Recently I’ve been intrigued by the modern Tiny House movement.
Instead of a life of debt, uncertainty and monetary over-commitment, many people are beginning to explore the idea of ‘tiny houses’; little homes that are in the neighborhood of 200 – 400 square feet and carry a cost ranging from around $10,000 to $50,000 US. And they’re beautiful.
Many of them are on wheels to get around both literally, and figuratively –zoning is a bit of a headache and having it on wheels sometimes helps.
We’ve seen them on television, and those who live in one are quite passionate about their modern tiny house.
Personally, I think living lean and bootstrapping in Thailand for a year (so far) has warmed me up to the idea. It’s all you need. Low ecological footprint, low cost, no nonsense, and it’s not stapled to the ground.
The majority of these photos are of a “hOMe”, the first tiny house to really resonate with me and grab my eye. The hOMe tiny house costs a mere $65 US per square foot to construct, adding up to $22,700 US and change.
Add a composting toilet, appliances and cabinetry and that sets you back another $10k, give or take.
Grand total: $33,000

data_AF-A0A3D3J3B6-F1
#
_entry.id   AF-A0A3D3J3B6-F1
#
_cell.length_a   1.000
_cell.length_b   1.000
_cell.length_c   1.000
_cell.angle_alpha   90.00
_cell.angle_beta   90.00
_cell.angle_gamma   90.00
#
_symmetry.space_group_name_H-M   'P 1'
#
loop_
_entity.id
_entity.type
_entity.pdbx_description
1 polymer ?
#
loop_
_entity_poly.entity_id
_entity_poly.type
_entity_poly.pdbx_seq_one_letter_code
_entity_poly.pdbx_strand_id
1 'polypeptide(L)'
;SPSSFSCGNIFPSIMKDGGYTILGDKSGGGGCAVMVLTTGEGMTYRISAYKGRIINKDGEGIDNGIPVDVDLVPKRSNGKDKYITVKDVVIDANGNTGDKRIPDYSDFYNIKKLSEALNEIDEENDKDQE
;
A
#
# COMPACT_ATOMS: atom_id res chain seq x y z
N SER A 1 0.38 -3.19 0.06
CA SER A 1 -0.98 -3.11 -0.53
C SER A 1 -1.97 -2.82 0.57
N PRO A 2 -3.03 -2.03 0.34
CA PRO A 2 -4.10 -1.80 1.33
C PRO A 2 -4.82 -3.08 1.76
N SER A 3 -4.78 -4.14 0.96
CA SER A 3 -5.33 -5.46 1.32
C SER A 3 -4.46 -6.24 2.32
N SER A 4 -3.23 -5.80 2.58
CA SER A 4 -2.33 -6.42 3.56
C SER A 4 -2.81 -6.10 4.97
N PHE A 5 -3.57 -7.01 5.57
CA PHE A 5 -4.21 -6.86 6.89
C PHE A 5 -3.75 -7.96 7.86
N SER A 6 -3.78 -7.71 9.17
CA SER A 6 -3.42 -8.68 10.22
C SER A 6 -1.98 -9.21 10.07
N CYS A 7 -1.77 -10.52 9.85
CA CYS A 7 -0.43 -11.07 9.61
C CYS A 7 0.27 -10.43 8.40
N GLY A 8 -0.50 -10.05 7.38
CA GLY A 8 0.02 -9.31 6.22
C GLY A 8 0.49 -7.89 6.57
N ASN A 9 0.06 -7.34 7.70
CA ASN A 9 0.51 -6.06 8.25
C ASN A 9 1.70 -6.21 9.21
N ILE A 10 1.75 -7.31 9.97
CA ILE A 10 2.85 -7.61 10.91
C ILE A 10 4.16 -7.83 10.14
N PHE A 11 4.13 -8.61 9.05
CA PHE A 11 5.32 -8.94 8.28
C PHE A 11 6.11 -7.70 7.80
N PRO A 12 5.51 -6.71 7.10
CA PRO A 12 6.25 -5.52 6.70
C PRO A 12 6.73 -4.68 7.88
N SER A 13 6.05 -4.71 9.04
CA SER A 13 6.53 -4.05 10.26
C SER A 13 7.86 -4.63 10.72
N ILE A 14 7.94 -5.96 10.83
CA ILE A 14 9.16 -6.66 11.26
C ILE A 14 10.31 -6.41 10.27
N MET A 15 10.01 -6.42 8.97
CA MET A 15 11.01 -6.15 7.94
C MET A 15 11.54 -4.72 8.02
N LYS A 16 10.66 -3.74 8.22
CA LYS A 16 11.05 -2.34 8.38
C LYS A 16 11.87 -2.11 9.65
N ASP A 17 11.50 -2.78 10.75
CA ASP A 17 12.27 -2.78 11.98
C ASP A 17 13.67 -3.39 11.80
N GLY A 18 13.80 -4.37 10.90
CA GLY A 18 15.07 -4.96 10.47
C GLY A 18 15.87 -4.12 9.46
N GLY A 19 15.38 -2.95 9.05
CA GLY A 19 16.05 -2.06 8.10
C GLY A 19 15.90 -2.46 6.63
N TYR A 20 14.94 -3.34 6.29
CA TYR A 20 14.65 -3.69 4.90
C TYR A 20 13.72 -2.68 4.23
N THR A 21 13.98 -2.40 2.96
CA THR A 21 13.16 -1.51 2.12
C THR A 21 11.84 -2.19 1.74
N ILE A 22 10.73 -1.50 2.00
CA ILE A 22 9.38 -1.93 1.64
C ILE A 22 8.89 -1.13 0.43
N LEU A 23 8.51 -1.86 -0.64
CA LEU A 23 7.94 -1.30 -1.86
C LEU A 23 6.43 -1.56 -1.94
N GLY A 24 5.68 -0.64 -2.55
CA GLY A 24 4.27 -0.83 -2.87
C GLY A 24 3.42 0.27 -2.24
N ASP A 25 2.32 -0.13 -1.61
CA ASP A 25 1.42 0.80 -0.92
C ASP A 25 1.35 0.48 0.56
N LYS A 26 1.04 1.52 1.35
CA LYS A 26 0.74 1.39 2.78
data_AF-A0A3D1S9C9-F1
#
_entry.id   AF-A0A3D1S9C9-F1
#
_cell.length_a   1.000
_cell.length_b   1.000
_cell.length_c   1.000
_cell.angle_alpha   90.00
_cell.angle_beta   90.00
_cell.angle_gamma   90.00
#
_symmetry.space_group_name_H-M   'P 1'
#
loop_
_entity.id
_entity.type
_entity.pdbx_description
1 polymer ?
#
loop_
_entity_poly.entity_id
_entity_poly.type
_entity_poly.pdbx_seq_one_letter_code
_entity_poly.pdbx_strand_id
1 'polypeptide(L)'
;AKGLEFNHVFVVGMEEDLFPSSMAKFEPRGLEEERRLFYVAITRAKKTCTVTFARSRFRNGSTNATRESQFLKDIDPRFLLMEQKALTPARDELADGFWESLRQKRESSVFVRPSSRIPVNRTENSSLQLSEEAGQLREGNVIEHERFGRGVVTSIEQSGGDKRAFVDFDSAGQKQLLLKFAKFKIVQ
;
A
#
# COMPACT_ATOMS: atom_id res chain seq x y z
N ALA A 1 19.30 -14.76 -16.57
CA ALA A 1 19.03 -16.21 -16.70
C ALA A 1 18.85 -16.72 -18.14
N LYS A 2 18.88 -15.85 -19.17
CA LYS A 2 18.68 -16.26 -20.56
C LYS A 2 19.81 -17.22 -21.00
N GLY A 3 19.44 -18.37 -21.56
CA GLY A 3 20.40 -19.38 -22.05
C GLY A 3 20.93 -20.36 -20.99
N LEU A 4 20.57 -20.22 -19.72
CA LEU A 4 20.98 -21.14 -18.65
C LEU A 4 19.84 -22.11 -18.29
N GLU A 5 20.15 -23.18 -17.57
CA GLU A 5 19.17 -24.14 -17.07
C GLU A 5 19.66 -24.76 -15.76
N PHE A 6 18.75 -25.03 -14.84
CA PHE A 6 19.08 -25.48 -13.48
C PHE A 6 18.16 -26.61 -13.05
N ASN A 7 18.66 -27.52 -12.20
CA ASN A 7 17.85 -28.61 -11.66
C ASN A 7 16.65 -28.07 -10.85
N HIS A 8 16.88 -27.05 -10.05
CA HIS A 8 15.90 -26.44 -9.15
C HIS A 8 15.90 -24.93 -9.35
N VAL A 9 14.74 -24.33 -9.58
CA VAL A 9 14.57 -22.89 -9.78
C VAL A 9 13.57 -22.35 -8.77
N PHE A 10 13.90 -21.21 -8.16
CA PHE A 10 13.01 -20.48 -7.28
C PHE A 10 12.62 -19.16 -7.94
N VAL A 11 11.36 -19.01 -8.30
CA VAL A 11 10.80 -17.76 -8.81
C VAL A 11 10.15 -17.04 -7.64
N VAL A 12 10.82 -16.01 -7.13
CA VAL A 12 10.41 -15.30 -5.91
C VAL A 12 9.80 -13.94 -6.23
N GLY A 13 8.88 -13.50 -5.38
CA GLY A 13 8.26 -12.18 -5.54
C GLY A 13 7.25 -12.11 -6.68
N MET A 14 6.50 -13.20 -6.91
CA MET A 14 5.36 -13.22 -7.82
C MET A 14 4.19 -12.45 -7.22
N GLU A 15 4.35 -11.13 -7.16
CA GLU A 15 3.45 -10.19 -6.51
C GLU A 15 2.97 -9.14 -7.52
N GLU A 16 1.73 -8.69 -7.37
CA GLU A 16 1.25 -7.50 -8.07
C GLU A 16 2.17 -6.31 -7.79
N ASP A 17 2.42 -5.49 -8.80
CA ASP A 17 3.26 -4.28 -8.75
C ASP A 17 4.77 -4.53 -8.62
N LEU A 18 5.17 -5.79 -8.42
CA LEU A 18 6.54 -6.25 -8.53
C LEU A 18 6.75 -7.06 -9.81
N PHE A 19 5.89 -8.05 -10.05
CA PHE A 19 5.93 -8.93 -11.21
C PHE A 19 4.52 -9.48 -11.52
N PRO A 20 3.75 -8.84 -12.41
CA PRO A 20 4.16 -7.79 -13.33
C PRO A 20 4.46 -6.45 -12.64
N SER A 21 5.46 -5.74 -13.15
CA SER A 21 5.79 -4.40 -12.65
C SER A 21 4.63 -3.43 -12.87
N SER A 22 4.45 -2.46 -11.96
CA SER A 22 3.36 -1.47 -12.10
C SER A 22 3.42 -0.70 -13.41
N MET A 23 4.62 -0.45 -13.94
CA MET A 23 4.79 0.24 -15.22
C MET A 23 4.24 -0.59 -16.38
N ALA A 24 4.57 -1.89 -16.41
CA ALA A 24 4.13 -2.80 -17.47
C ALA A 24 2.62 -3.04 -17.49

The occupants (and architects) of this 207 sq. ft. home –the Morrison’s, embody a lifestyle many of us long for— a life free from soul crushing mortgage debt, lobotomizing work routines, a fixed address, and a healthy sense of well-being.
For others it isn’t about freeing up additional funds or peace of mind: It’s about surviving a recession that won’t seem to dissipate.
Rising housing/energy/utility costs and environmental damage to peoples’ homes or environment are making them turn to this cheaper, more flexible living option.
No matter the reason behind this new tiny house trend, it appears to be expanding. Tiny home seekers and dwellers are gathering online to swap construction tips, and discuss building code legislation.
Communities are springing up everywhere.
This certainly will not be the last of tiny houses from Hobo with a Laptop. Although their return on investment looks great on paper, I’m more interested in the intangible.
The utility these (often mobile) homes provide their occupants while reconnecting them with nature, and making living a “digital nomad” lifestyle (of working online and living abroad, remotely) a little easier is liberating.
Does the tiny house trend have substance or is it a passing fad? Let me know what you think of tiny houses in the comments, or check out MorningChores for an expanded look at the cost of a tiny house.